There’s a new power couple in town.
Australian supermodel Miranda Kerr has been spotted hand-in-hand with Evan Spiegel, the party boy founder of super app Snapchat.
There’s no doubt Spiegel is something of a boy genius – he founded a billion-dollar company before the age of 25 – but he’s also a contentious figure on the tech scene.
Born in 1990 to two very wealthy lawyer parents, Spiegel is seven years Kerr’s junior.
However he’s achieved a lot in his short life – at just 21, Spiegel built Snapchat with two friends while studying at Stanford University as a method for “sexting” (sending lewd photos).
Unsurprisingly, the self-deleting photo app took off in the younger market. It was renamed from Picaboo to Snapchat and downloads started to spike in early 2012.
Come June 2013, the company was valued at US$800 million.
Spiegel’s quick ascent to success plunged him into a luxurious lifestyle of fast cars, parties and celebrity friends – including a rumoured fling with popstar Taylor Swift in late 2013.
Now he has his sights set on Kerr, whose marriage to Hollywood actor Orlando Bloom ended in 2013.
So what exactly is Kerr getting herself into? Here’s what we know about Spiegel’s colourful past.
Offensive leaked emails
Last year Spiegel was forced to apologise when emails he sent during his college days were made public.
The emails, leaked on Gawker blog Valleywag, contained some pretty derogatory descriptions of women, as well as plenty of references to heavy partying, stripper poles and getting sorority girls drunk.
“I’m obviously mortified and embarrassed that my idiotic emails during my fraternity days were made public,” Spiegel said in a statement to TechCrunch.
“I have no excuse. I’m sorry I wrote them at the time and I was jerk to have written them. They in no way reflect who I am today or my views towards women.”
A wild lifestyle
The wild partying lifestyle Spiegel alludes to in his emails was no front.
After his parents’ divorce in 2007, he began holding parties at his father’s new house, inviting hundreds of teenagers.
When he hit college, he continued to hold out-of-control parties as social chair of Stanford’s Kappa Sigma fraternity.
When Kappa held an alcoholic party during a designated “dry” week in 2010, the fraternity was kicked off campus by administration. This was around the same time the idea for Snapchat was conceived.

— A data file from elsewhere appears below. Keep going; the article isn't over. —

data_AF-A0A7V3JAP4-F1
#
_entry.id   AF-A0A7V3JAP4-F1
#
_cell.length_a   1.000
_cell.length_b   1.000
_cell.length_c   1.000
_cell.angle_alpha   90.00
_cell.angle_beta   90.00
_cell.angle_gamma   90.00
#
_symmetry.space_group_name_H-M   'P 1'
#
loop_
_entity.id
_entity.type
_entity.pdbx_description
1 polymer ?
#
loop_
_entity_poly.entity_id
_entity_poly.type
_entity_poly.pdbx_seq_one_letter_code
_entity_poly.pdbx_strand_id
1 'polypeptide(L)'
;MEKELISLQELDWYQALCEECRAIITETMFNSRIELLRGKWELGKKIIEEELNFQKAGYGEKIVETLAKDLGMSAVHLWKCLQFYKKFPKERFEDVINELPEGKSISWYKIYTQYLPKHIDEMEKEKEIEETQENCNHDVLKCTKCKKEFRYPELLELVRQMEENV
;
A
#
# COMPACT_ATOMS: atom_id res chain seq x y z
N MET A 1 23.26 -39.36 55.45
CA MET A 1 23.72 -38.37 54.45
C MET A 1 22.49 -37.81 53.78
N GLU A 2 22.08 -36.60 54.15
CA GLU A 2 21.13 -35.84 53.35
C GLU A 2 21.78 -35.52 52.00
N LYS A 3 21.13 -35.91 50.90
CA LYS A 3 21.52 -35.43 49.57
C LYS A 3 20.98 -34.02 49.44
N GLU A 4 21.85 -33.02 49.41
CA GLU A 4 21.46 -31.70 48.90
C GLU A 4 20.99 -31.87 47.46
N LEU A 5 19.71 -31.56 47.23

Threats from a stalker
Earlier this week, Spiegel made reported a stalker to the Los Angeles Police Department, according to TMZ.
Spiegel reportedly received threats over Snapchat, Twitter and email referencing Molotov cocktails a JFK.
The cyber stalker reportedly also sent a package to Spiegel’s home, filled with “nonsensical messages”.
The matter is currently under investigation.
A spoiled upbringing
To his credit, Spiegel has always been open about his privileged background.
“I am a young, white, educated male,” he once said at a 2013 conference. “I got really, really lucky. And life isn’t fair.”
He often advises young people wishing to become entrepreneurs that, “it’s not about working harder; it’s about working the system,”.
Even before his company made the big time, Spiegel lived a fortunate life, which involved petitioning his parents for a BMW.
According to LA Weekly, in a letter to his father in 2008 Spiegel asked his father for a $75,000 BMW 550i, a $2000-a-month allowance and a $2000 emergency fund.
“Cars bring me sheer joy,” he wrote. “I would really appreciate you validating me and all of my hard work by leasing the BMW. … Boys attach so much value to cars, and it feels so nice to pull up next to all the rich, arrogant a**holes at Crossroads and know that I can still drive a car just as nice as theirs but I didn’t sell out and compromise my integrity.
“I have overcome a lot of difficult obstacles in my childhood (this past year included) and it feels really nice to have you and Mom acknowledge my success.”
While his father refused to give him the car, his mother went on to lease the BMW to him. Spiegel got a speeding ticket days later.
For the majority of Snapchat’s development, Spiegel lived at home but last year purchased a three-bedroom home in the affluent LA suburb of Brentwood for a reported US$3.3 million.
A friendship feud
Spiegel started the app with one of his fraternity brothers Frank Reginald Brown IV, also known as Reggie.
He then brought in an older fraternity brother, Bobby Murphy, to write code for the app.
Later, Spiegel and Murphy edged Brown out, a decision which eventually landed them in court.
According to LA Weekly, Brown wanted 30 percent equity in the company, threatening litigation. When his former frat brothers failed to comply, he filed a lawsuit.
“This,” Brown’s lawsuit stated, “is a case of partners betraying a fellow partner.”
The matter later ended in an undisclosed settlement in 2014.